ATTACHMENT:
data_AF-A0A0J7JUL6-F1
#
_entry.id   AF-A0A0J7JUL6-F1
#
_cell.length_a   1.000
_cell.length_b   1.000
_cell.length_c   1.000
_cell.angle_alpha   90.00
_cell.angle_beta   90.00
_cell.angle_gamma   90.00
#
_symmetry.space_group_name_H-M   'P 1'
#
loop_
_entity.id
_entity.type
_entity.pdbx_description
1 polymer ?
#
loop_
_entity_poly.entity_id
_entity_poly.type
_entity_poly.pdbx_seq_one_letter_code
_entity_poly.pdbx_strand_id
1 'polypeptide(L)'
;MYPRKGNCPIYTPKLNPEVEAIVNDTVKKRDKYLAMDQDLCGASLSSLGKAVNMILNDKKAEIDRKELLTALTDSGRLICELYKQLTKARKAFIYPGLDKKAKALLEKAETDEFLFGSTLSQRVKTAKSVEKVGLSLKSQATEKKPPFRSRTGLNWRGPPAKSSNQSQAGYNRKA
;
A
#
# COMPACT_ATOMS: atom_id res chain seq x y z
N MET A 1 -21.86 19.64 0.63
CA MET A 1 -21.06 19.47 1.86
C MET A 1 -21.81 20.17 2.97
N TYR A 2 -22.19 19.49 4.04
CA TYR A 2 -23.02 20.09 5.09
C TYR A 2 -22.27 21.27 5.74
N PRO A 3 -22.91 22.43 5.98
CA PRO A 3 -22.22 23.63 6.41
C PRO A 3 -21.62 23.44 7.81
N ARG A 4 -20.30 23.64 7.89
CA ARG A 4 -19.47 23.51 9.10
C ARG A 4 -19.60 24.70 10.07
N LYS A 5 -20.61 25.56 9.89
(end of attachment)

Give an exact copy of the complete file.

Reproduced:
data_AF-A0A0J7JUL6-F1
#
_entry.id   AF-A0A0J7JUL6-F1
#
_cell.length_a   1.000
_cell.length_b   1.000
_cell.length_c   1.000
_cell.angle_alpha   90.00
_cell.angle_beta   90.00
_cell.angle_gamma   90.00
#
_symmetry.space_group_name_H-M   'P 1'
#
loop_
_entity.id
_entity.type
_entity.pdbx_description
1 polymer ?
#
loop_
_entity_poly.entity_id
_entity_poly.type
_entity_poly.pdbx_seq_one_letter_code
_entity_poly.pdbx_strand_id
1 'polypeptide(L)'
;MYPRKGNCPIYTPKLNPEVEAIVNDTVKKRDKYLAMDQDLCGASLSSLGKAVNMILNDKKAEIDRKELLTALTDSGRLICELYKQLTKARKAFIYPGLDKKAKALLEKAETDEFLFGSTLSQRVKTAKSVEKVGLSLKSQATEKKPPFRSRTGLNWRGPPAKSSNQSQAGYNRKA
;
A
#
# COMPACT_ATOMS: atom_id res chain seq x y z
N MET A 1 -21.86 19.64 0.63
CA MET A 1 -21.06 19.47 1.86
C MET A 1 -21.81 20.17 2.97
N TYR A 2 -22.19 19.49 4.04
CA TYR A 2 -23.02 20.09 5.09
C TYR A 2 -22.27 21.27 5.74
N PRO A 3 -22.91 22.43 5.98
CA PRO A 3 -22.22 23.63 6.41
C PRO A 3 -21.62 23.44 7.81
N ARG A 4 -20.30 23.64 7.89
CA ARG A 4 -19.47 23.51 9.10
C ARG A 4 -19.60 24.70 10.07
N LYS A 5 -20.61 25.56 9.89